Now the fun begins!  Basketball fans begin to do “research” on the teams to try & figure out who will win each game and move on in the tournament.  The idea is to narrow your “picks” down to the “Sweet 16”, “Elite 8”, “Final 4” and of course choose the two teams that will eventually play in the Championship Game.  These fans take this job very seriously.  Pools spring up in the workplace and lots of water cooler and dinner time discussion takes place as everyone considers the various teams, players, coaches, etc.  The joke in our family is that I can fill out the bracket knowing very little about any of the basketball teams and do as well in selecting teams that will win as they do after researching and agonizing over which ones to pick in every game.  The goal is to have the “Bracket” filled out by Thursday, March 21.

The kids fill out multiple "Brackets".  This is a "fun" one - meaning their favorite teams are winning!

The kids fill out multiple “Brackets”. This is a “fun” one – meaning their favorite teams are winning!

Rachel - showing off her brand new "Butler" t-shirt!

Rachel – showing off her brand new “Butler” t-shirt!

On Thursday, March 21 sixty-eight teams will have begun play.  After just a few hours of basketball play I start hearing moans and groans as teams lose and are out of the tournament or shouts of joy that a particular team is moving on!    The “Bracket” doesn’t stray far from the owner!  A highlighter will come out and if a team wins – they get highlighted.  (This is very exciting!)  If a team loses – they get a big X over them.  It’s really bad when a team loses in a very early round when that team was predicted to go to the Elite 8, Final 4 or heaven forbid – into the Championship game!  This could mean weeping & wailing – depending on the age of the fan!  (Yes, grown men have been known to cry – but not my husband!) This first weekend of the NCAA Tournament is the highlight of a basketball fan’s year!  Multiple games are being played at the same time on several channels, exciting highlights of games will be telecast from station to station and these sixty-eight teams will be narrowed down to sixteen teams by the end of play on the first Sunday of the Tournament.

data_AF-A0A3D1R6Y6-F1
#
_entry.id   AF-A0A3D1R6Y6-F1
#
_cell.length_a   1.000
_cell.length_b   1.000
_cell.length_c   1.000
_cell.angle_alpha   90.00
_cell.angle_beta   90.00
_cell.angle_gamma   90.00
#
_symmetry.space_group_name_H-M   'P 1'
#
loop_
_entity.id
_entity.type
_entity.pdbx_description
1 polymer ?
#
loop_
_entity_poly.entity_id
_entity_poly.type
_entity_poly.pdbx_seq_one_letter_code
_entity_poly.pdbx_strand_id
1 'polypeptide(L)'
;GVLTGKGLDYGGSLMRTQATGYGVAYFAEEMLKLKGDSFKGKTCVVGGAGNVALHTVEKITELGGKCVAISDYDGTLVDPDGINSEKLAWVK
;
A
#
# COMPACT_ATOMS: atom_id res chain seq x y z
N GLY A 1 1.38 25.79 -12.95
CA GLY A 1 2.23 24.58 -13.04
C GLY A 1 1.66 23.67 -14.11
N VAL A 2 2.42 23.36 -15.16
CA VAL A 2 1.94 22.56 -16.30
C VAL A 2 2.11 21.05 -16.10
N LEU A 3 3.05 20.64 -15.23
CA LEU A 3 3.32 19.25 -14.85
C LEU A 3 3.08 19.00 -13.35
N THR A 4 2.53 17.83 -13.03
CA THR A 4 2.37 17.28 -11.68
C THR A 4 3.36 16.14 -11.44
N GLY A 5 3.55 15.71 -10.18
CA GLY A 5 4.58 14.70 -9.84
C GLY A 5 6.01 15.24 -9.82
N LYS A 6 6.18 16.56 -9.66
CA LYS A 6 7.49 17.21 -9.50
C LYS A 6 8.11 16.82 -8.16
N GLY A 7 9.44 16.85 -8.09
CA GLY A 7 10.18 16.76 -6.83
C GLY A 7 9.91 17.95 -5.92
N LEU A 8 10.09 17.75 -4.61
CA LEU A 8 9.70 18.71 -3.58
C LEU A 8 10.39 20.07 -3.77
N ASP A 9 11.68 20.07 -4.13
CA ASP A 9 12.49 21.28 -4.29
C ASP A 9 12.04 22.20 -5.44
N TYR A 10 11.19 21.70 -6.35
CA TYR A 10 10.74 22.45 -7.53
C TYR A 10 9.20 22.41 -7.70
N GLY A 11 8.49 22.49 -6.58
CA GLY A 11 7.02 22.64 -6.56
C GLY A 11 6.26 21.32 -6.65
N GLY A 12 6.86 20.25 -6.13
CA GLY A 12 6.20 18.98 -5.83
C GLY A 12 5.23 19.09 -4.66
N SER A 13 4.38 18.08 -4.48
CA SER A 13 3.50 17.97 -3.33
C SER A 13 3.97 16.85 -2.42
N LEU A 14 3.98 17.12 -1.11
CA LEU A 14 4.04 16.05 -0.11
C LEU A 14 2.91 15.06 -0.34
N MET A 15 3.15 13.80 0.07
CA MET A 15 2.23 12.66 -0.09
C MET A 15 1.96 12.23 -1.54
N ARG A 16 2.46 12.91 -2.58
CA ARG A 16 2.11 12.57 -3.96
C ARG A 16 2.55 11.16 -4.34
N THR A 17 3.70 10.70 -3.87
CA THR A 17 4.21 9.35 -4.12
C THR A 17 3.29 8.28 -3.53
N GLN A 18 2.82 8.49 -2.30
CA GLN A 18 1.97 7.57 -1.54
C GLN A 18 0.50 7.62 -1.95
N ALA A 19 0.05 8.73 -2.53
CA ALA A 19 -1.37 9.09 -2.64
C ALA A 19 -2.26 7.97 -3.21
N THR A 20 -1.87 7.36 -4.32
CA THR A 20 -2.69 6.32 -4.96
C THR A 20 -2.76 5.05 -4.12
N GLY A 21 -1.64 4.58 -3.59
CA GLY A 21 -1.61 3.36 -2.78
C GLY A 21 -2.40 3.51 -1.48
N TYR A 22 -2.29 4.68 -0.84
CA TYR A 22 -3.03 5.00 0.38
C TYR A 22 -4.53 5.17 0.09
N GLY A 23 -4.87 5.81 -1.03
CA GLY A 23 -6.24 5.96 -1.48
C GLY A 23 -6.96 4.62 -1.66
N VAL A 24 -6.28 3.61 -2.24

The following Thursday, March 28, these sixteen teams start play again.  By Sunday evening the sixteen teams will be narrowed down to just 4 teams (“The Final 4”).  On Saturday, April 6 the Final 4 teams face each other and we will be down to the two teams who will play in the Championship Game on Monday, April 8.  The winner of this game will hold the Championship Title for the next year!

Seth dunking the ball!

Seth dunking the ball!

Why do I share all of this with you? Well…basketball has become a favorite sport in my house.  All three of my kids (including my daughter, Rachel, who has a thing for Butler – not sure why) & my husband love watching basketball and shooting hoops (or ballin’) either outside in the driveway or with the mini hoop in our basement.  They love to talk about their favorite teams, the players, their “moves,” the “ref” calls and speculate who will come out on top of each game.   Frankly it is the only topic of conversation going on  right now in my house!

So…..what does March Madness mean to you?  Who is your favorite team?  Who are you picking to win the Championship Game? My pick is…

The Florida Gators winning over Gonzaga in the Championship. You heard it here first!